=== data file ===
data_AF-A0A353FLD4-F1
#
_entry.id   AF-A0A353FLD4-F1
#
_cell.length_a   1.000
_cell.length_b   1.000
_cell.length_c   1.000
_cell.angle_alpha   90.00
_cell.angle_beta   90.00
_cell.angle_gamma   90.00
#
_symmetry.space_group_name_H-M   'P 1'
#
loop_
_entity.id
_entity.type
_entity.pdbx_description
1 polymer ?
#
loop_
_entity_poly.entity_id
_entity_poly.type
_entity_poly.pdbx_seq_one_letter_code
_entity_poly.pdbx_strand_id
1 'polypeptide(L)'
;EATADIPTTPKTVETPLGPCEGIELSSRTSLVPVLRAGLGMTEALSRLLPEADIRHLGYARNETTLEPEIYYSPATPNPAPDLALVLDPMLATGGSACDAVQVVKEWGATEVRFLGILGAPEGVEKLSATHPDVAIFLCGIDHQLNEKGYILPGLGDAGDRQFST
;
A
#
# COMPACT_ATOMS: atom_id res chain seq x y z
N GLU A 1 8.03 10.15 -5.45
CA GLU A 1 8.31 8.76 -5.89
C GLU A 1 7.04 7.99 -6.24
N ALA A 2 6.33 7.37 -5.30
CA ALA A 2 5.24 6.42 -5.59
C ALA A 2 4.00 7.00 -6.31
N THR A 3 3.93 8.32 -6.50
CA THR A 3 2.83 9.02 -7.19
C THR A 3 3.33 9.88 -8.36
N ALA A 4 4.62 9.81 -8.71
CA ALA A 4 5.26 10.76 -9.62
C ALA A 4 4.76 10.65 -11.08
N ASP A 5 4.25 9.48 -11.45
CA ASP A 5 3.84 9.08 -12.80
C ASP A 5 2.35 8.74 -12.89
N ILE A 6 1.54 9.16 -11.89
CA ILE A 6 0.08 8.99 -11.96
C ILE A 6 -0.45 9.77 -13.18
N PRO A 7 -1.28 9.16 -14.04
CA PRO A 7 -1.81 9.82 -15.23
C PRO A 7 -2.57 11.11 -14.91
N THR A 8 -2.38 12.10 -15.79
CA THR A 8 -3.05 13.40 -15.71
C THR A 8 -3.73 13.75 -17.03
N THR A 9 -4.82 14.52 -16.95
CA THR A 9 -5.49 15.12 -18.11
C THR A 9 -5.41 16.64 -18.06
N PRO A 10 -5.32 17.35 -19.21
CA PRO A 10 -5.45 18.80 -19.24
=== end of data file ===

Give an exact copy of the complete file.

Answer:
data_AF-A0A353FLD4-F1
#
_entry.id   AF-A0A353FLD4-F1
#
_cell.length_a   1.000
_cell.length_b   1.000
_cell.length_c   1.000
_cell.angle_alpha   90.00
_cell.angle_beta   90.00
_cell.angle_gamma   90.00
#
_symmetry.space_group_name_H-M   'P 1'
#
loop_
_entity.id
_entity.type
_entity.pdbx_description
1 polymer ?
#
loop_
_entity_poly.entity_id
_entity_poly.type
_entity_poly.pdbx_seq_one_letter_code
_entity_poly.pdbx_strand_id
1 'polypeptide(L)'
;EATADIPTTPKTVETPLGPCEGIELSSRTSLVPVLRAGLGMTEALSRLLPEADIRHLGYARNETTLEPEIYYSPATPNPAPDLALVLDPMLATGGSACDAVQVVKEWGATEVRFLGILGAPEGVEKLSATHPDVAIFLCGIDHQLNEKGYILPGLGDAGDRQFST
;
A
#
# COMPACT_ATOMS: atom_id res chain seq x y z
N GLU A 1 8.03 10.15 -5.45
CA GLU A 1 8.31 8.76 -5.89
C GLU A 1 7.04 7.99 -6.24
N ALA A 2 6.33 7.37 -5.30
CA ALA A 2 5.24 6.42 -5.59
C ALA A 2 4.00 7.00 -6.31
N THR A 3 3.93 8.32 -6.50
CA THR A 3 2.83 9.02 -7.19
C THR A 3 3.33 9.88 -8.36
N ALA A 4 4.62 9.81 -8.71
CA ALA A 4 5.26 10.76 -9.62
C ALA A 4 4.76 10.65 -11.08
N ASP A 5 4.25 9.48 -11.45
CA ASP A 5 3.84 9.08 -12.80
C ASP A 5 2.35 8.74 -12.89
N ILE A 6 1.54 9.16 -11.89
CA ILE A 6 0.08 8.99 -11.96
C ILE A 6 -0.45 9.77 -13.18
N PRO A 7 -1.28 9.16 -14.04
CA PRO A 7 -1.81 9.82 -15.23
C PRO A 7 -2.57 11.11 -14.91
N THR A 8 -2.38 12.10 -15.79
CA THR A 8 -3.05 13.40 -15.71
C THR A 8 -3.73 13.75 -17.03
N THR A 9 -4.82 14.52 -16.95
CA THR A 9 -5.49 15.12 -18.11
C THR A 9 -5.41 16.64 -18.06
N PRO A 10 -5.32 17.35 -19.21
CA PRO A 10 -5.45 18.80 -19.24